Doug Hawley | Daniele Murtas
I ignored emails from my brother-in-law Ed. They were all variations on “Get right with God or go to hell”. I-Don’t-Care-Ism suited me just fine as a belief, but then for several days in a row I read articles like “People of faith have better relationships”, “Religious people have more success and money” and “New proof for intelligent design”. Maybe there was something worthwhile about faith or religion after all.
On my next day off, I went to “The Highest Court” which was our local religion mall. All of the major brands and their recruiters were present. Before I started, I looked at their banners:
The first monotheism (If you don’t count an Egyptian so-called God)
Up to four wives
Marijuana and peyote are legitimate parts of our worship
If it wasn’t for us you’d probably be a Catholic
We would have sorted it out without the Reformation
What makes you think all of the miracles ended 2,000 years ago?
We invented heaven and hell
I visited the booths in the order of their banners. At my first stop they explained how their religion started with the creation of the universe by God about 6,000 years ago (I decided not to ask about carbon dating). On the other hand they told me that maybe their holy book was just a myth. It depended on which branch of their religion that you chose. It would help if I spoke Hebrew (I have trouble with English) and I needed to go through a conversion process (what’s that about circumcision?) and I should be prepared to be subjected to persecution.
“Thank you. You’ve given me a lot to think about.”
I moved on.
When I first asked about the four wives, I was told “You might have to move to another country first, unless we can change the laws here quickly. There are a few things that you might consider. You may be called a terrorist. It would help if you read Arabic and I hope that you are not a drinker.”
I just had my three martini lunch. “You’ve given me a lot to think about. Thank you.”
At my next stop, I was already thinking about my stoner years in high school and college before I became respectable. “I’m sure that you’ll get a lot out of your vision quest that initiates you into our faith. This requires going out into the wilderness and bedding down into a rocky hollow for several days without food while your mind goes on a journey. What tribe do you belong to?” There are rumors that there was an American aborigine in my family a couple of hundred years ago, but I can’t go more than a few hours without my easy chair.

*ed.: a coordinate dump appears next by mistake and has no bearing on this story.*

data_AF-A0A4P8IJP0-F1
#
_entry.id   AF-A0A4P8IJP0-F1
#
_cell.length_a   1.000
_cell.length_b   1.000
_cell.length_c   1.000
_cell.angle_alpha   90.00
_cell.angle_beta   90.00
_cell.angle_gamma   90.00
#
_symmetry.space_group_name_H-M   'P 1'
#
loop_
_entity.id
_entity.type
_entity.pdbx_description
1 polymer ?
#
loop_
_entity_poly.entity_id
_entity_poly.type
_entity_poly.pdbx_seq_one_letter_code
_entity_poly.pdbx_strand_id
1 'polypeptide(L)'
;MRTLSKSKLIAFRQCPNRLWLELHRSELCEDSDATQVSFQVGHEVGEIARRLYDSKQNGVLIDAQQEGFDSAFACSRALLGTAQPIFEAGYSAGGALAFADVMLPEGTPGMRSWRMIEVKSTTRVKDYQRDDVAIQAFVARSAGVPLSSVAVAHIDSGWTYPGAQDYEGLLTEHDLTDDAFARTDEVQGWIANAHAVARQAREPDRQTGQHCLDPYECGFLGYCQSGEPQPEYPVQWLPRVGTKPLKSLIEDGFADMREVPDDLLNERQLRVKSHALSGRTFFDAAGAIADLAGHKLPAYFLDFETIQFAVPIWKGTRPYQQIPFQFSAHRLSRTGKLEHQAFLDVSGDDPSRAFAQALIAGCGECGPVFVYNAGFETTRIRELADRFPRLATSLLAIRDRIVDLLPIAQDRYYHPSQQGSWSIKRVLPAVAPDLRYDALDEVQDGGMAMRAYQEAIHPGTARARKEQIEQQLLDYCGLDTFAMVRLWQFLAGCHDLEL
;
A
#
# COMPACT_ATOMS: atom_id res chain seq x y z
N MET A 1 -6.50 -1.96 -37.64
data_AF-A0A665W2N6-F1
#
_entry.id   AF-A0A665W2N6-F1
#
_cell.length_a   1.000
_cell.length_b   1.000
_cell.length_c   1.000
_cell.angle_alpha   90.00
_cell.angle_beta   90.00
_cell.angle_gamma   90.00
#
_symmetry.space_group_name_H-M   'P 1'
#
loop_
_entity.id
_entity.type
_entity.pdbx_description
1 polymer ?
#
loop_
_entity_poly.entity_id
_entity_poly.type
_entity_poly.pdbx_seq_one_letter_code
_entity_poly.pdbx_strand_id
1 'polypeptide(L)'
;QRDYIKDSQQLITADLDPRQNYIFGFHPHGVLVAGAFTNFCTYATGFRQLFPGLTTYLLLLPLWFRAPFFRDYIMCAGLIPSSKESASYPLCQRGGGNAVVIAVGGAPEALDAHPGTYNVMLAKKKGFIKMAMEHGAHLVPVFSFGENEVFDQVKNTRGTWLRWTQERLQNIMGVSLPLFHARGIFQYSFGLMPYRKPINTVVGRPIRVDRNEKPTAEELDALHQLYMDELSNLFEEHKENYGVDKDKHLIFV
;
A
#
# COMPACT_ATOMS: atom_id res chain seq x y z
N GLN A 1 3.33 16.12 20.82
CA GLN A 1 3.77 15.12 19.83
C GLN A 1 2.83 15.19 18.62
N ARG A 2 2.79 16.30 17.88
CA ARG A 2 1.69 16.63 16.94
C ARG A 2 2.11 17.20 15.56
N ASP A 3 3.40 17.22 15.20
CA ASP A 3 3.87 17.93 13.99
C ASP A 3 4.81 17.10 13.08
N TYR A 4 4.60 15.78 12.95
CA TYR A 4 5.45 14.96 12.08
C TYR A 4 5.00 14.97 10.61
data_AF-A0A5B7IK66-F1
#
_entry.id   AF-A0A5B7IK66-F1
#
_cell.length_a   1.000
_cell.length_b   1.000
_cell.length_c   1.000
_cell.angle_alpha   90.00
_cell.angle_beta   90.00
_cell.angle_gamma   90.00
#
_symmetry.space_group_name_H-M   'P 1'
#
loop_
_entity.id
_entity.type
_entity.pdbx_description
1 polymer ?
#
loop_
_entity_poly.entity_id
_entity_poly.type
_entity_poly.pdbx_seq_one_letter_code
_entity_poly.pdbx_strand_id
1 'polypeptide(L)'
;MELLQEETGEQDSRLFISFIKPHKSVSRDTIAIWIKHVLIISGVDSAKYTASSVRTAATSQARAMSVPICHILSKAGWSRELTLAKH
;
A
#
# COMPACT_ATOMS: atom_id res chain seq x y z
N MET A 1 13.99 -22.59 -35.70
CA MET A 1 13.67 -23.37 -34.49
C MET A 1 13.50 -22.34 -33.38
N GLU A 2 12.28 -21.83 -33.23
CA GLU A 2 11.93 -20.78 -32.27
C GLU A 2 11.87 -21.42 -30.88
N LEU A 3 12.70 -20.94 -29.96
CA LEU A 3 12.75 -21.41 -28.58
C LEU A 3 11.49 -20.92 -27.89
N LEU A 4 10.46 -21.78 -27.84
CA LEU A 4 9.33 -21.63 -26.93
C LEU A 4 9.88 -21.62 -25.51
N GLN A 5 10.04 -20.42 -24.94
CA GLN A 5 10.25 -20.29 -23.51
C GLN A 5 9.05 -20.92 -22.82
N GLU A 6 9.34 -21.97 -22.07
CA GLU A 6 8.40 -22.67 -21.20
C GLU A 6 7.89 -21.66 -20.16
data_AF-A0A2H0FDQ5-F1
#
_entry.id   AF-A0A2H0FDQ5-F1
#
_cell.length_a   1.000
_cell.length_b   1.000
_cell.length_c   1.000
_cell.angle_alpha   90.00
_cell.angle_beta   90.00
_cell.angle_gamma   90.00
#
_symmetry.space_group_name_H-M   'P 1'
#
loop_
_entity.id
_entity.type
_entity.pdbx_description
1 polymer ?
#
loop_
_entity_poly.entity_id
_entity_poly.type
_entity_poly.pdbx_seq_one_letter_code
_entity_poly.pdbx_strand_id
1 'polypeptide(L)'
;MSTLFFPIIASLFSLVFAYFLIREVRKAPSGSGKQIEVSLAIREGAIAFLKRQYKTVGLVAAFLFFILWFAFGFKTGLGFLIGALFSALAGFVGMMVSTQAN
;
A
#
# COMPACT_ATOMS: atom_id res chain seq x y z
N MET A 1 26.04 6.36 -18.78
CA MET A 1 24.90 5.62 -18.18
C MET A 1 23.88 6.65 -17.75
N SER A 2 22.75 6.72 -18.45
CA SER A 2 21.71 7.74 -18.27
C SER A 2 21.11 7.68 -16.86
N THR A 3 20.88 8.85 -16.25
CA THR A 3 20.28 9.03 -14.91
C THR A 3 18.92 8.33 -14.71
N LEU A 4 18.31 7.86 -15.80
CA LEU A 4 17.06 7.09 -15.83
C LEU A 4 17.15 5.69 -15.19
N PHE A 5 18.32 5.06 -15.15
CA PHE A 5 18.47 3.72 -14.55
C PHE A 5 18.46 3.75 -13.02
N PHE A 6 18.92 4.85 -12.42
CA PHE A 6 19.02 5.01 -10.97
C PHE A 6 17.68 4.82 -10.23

“I’ll think about what you’ve told me.”
At the next stop I asked about the beliefs and requirements of the religion. The representative said “If you want, you can view the three and a half hour video explaining the differences between our major divisions.”
“I’ll have to come back later; I just remembered that I have a dental appointment in an hour.”
I looked at the next booth and thought about their liberal policy towards drinking and that they let you eat beef and pork, and then thought about recent scandals and their attitude towards birth control and gave it a pass.
At the next booth, the representative started off with “The Garden of Eden was close to present day Independence, Missouri. Native Americans came from the Middle East. In 1823 Joseph Smith found gold plates which explain our religion.” Lucky for me, I had the rare ability to fall asleep standing up with my eyes open. About fifteen minutes later, I woke up and noticed that he wasn’t speaking anymore, but he seemed to have expected a response from me.
“What you’ve told me is something to think about.”
The next representative, who to my taste was rather oddly dressed, told me that the troubles of the world were due to cars, friends, money and desire. I should try to extinguish all of my ambition and motivations to attain perfect peace. His talk had the opposite effect and I started to think about how much money I was likely to spend on Andrea that evening. What about the conflict between your religion and Muslims in Myanmar? Is that peaceful?
“Thanks a lot. I’ll be thinking about what you told me.”
I ran out of time and interest before I got to the last booth.
Because her husband and my wife were out of town, I got to spend the whole evening with Andrea, rather than just a quickie at the office. While I drank my third scotch on the rocks and ate my ham sandwich with her that evening, I was humming the Curtis Mayfield song “(If There’s A Hell Down Below) We’re All Going To Go”.
Readers may think that the writer knows nothing about religion. Those readers are very astute.